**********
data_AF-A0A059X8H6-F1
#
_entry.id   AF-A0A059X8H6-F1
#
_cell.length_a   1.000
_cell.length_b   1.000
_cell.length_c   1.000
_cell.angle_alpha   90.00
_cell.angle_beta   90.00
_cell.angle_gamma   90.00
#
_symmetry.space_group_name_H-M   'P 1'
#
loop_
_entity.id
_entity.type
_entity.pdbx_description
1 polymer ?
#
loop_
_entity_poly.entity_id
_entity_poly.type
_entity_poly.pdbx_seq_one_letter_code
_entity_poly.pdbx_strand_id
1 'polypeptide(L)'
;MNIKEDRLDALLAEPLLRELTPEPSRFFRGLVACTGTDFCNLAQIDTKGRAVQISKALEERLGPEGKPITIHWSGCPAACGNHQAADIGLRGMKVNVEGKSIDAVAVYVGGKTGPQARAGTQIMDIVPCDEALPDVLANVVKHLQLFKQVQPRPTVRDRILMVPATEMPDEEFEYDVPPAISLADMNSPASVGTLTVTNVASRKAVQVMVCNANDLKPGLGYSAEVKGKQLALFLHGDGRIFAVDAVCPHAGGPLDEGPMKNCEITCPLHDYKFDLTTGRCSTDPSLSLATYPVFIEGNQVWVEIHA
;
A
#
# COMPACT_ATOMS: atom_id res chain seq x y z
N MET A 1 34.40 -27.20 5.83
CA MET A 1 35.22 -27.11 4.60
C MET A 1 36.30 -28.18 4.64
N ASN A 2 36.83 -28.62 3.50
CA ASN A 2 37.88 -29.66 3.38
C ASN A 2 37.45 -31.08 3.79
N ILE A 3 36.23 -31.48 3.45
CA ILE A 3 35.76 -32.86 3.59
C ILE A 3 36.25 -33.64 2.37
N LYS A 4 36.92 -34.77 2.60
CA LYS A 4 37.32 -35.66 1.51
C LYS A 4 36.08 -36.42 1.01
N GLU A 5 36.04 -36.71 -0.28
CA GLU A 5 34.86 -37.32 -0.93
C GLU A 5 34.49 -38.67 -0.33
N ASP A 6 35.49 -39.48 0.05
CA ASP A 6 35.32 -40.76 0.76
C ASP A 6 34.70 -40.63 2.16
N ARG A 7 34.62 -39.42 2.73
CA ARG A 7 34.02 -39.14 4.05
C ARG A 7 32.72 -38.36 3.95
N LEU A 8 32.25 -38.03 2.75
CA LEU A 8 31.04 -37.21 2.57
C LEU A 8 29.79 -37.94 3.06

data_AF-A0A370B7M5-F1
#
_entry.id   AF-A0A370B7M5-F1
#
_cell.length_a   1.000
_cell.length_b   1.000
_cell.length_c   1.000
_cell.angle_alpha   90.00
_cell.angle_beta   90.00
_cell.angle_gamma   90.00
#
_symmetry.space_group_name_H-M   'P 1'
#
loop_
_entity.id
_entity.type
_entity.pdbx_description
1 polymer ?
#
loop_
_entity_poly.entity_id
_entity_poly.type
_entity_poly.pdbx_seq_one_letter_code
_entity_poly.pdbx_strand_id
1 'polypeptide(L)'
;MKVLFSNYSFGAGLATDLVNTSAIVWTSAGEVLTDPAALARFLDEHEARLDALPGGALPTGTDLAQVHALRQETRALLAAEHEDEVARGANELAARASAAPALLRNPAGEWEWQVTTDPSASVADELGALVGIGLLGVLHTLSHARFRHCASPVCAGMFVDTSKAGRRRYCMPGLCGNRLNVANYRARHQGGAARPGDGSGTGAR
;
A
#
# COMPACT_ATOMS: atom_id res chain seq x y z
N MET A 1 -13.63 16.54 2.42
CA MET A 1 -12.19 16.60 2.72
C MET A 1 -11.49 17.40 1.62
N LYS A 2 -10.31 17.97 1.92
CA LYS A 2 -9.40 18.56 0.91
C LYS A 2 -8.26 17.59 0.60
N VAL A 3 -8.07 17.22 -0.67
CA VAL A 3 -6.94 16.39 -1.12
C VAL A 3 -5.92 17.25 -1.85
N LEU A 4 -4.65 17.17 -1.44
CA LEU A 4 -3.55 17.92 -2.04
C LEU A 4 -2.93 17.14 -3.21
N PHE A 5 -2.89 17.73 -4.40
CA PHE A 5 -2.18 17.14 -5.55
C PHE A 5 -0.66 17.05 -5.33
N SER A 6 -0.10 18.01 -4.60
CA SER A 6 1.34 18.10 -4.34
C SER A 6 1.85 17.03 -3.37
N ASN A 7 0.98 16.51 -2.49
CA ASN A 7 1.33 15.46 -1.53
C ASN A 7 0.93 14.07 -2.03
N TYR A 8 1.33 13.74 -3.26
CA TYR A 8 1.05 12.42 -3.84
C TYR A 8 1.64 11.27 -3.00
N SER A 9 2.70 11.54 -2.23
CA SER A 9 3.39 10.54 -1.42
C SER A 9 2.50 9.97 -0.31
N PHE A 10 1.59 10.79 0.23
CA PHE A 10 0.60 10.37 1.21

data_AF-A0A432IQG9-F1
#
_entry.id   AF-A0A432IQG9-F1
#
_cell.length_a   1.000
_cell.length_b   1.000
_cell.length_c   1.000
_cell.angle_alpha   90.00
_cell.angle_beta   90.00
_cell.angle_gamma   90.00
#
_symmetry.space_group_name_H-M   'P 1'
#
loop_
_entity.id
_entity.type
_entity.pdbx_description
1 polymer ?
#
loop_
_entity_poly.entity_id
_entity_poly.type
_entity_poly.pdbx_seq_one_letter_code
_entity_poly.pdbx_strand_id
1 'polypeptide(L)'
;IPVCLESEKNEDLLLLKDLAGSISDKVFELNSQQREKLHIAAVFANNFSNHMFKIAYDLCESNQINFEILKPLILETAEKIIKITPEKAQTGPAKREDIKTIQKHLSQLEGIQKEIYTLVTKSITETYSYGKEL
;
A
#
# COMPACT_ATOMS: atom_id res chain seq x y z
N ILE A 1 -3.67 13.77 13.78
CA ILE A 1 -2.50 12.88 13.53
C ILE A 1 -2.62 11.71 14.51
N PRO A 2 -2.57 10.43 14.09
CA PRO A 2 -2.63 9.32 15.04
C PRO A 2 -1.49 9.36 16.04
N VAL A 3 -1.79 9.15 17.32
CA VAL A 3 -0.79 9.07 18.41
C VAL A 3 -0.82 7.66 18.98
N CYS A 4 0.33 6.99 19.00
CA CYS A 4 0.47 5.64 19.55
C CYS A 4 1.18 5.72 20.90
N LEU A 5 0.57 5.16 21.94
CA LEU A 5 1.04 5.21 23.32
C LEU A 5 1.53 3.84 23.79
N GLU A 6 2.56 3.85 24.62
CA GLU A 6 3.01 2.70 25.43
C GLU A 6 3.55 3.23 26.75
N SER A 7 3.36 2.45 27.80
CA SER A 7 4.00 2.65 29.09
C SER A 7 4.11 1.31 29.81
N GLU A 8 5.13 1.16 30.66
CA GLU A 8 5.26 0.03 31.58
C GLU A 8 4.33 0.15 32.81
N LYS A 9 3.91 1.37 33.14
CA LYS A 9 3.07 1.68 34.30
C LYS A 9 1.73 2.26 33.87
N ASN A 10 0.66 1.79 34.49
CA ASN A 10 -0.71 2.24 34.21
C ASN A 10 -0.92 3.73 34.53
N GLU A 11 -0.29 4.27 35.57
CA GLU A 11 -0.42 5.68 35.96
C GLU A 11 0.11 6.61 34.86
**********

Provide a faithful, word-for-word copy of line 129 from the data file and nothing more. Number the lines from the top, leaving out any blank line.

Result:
_entity.type